This collection brings together scholarship and pedagogy from multiple perspectives and disciplines, offering nuanced and complex perspectives on Information Literacy in the second decade of the 21st century. Taking as a starting point the concerns that prompted the Association of Research Libraries (ACRL) to review the Information Literacy Standards for Higher Education and develop the Framework for Information Literacy for Higher Education (2015), the chapters in this collection consider six frameworks that place students in the role of both consumer and producer of information within today's collaborative information environments. Contributors respond directly or indirectly to the work of the ACRL, providing a bridge between past/current knowledge and the future and advancing the notion that faculty, librarians, administrators, and external stakeholders share responsibility and accountability for the teaching, learning, and research of Information Literacy
Type of Material:
Open (Access) Textbook--Although this book is listed as a textbook, it’s not organized as a traditional textbook. There’s no index, glossary, or end of chapter questions, exercises, or activities. It is a collection of chapters by different authors organized progressively around a theme.
Course readings, homework, or readings for individual work.
Can view PDF through browser, download PDF, or access through ePub.
Identify Major Learning Goals:
The learner will gain an overview on information literacy.
The leaner will have context for the discussion of information literacy.
The learner will be able to discuss the past, present, and future of information literacy
Familiarity with the academic environment is helpful.
• This book provides perspectives of teaching faculty and academic librarians working in their fields and collaborating on integrating information literacy instruction.
• The information is current as it focuses on the Framework for Information Literacy adopted by the ACRL in 2016. However, the book also includes information about using the formal Information Literacy Standards, and it discusses the progression between the two viewpoints on instruction.
• The information provided is accurate and important and provides a fairly comprehensive perspective on the state of information literacy with detailed examples of how collaborations across campus happen.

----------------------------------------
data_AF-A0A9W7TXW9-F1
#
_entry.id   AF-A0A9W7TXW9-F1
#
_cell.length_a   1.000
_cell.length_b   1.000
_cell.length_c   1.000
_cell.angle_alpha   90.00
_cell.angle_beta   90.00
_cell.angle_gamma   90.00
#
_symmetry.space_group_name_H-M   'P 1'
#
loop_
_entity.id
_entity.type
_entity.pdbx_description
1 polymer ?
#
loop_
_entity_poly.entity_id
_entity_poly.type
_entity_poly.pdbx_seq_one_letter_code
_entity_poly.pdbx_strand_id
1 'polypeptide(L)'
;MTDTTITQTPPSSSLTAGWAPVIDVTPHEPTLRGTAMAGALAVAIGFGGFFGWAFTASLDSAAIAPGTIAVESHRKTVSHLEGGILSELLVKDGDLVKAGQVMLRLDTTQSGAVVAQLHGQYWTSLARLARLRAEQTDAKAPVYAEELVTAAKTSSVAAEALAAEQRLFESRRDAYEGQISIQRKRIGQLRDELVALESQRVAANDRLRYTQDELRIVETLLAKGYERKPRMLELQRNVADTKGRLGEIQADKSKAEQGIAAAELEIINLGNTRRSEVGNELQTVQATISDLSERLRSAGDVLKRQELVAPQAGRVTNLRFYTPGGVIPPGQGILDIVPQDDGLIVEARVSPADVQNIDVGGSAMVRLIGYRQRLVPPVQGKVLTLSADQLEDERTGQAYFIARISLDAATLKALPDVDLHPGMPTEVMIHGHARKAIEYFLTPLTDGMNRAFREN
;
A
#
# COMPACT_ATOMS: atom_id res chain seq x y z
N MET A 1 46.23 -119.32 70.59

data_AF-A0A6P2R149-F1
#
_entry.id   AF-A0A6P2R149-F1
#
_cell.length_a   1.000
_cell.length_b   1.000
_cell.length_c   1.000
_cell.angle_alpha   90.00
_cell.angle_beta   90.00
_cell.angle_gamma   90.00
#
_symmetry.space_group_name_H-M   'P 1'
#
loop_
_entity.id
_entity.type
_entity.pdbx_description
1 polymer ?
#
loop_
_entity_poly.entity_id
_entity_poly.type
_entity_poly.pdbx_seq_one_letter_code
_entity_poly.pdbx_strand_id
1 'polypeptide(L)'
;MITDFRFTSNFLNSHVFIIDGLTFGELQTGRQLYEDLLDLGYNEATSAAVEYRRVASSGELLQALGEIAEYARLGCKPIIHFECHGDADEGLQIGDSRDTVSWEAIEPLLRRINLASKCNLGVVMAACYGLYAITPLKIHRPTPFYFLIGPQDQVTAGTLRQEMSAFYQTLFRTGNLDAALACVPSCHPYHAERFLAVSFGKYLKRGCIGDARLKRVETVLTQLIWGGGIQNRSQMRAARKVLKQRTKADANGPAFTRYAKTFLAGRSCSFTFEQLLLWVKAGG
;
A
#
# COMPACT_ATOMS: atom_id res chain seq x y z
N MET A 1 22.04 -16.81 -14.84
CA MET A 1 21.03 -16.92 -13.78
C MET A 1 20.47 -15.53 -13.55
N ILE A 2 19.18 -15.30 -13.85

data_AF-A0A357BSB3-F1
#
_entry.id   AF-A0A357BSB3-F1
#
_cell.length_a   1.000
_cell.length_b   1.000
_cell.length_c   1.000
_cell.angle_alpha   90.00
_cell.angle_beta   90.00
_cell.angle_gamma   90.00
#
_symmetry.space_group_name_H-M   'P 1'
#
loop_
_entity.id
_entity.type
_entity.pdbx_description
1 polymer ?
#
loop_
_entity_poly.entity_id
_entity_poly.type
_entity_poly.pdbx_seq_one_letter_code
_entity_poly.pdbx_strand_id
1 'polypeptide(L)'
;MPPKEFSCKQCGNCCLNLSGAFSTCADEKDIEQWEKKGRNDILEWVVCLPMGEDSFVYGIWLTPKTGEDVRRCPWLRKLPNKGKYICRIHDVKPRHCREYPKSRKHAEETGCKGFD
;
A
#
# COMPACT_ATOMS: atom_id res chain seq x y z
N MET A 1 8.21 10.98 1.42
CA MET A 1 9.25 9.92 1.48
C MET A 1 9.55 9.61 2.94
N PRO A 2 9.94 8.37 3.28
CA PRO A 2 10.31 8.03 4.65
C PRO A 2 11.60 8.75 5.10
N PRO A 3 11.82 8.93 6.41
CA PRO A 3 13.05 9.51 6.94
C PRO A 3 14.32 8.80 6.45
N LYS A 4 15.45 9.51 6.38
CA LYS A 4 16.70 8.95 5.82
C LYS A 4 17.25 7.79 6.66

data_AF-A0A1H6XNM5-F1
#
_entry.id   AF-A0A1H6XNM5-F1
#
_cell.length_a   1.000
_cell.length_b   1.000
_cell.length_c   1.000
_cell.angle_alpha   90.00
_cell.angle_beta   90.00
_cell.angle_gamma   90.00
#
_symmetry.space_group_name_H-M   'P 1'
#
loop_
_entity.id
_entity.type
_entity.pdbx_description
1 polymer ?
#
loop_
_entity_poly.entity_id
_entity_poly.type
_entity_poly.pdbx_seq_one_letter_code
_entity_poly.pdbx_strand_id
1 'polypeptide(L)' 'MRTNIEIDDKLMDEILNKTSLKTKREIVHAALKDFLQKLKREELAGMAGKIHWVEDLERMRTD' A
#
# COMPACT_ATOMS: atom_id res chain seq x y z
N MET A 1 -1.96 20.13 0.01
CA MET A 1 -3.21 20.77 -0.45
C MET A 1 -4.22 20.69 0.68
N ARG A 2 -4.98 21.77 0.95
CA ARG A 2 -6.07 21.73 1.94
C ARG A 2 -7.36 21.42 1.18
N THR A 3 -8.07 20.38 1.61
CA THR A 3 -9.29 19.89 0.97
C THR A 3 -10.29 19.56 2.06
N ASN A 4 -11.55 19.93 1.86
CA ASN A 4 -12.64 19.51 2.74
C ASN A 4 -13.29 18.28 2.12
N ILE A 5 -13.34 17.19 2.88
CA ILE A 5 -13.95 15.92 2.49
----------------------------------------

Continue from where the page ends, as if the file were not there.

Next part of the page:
• The entire book provides for a holistic perspective, but individual sections or chapters can stand alone for reading assignments.
• Information about technological tools is included, and some chapters touch on using and evaluating emerging online genres of writing/communication.
• The book likely explains research and collaboration across disciplines as well as it can currently be explained. There is a heavy focus on rhetoric/writing programs which makes sense. Specific disciplines include business, education, and economics. A few articles offer information that includes various disciplines.
Potential Effectiveness as a Teaching Tool
The overview is a great discussion of many different issues within information literacy. Most scholars and librarians would be able to take something vital away from this. In practice lots of instructors and librarians just passively agree with the status-quo of information literacy discussion. This doesn’t do so. It also has an empirical and practical side.
• This book is quite good, but it’s just a book. It’s not a traditional textbook. There’s no index, glossary, end of chapter questions, exercises, or activities.
• The book could be improved with some discussion questions or overview at the end of each section that summarizes the section and connects to the rest of the book.
• The addition of one case study encompassing much of this would be very instructive and valuable to include in future iterations.
Ease of Use for Both Students and Faculty
The texts and graphics are easy to read and visually appealing.
This text could be improved with some navigation aids within the book. Linking from the table of contents to sections would be helpful. Linking from the text to the reference list would be helpful. An index or glossary would also be helpful. A visually engaging case study might be a benefit.
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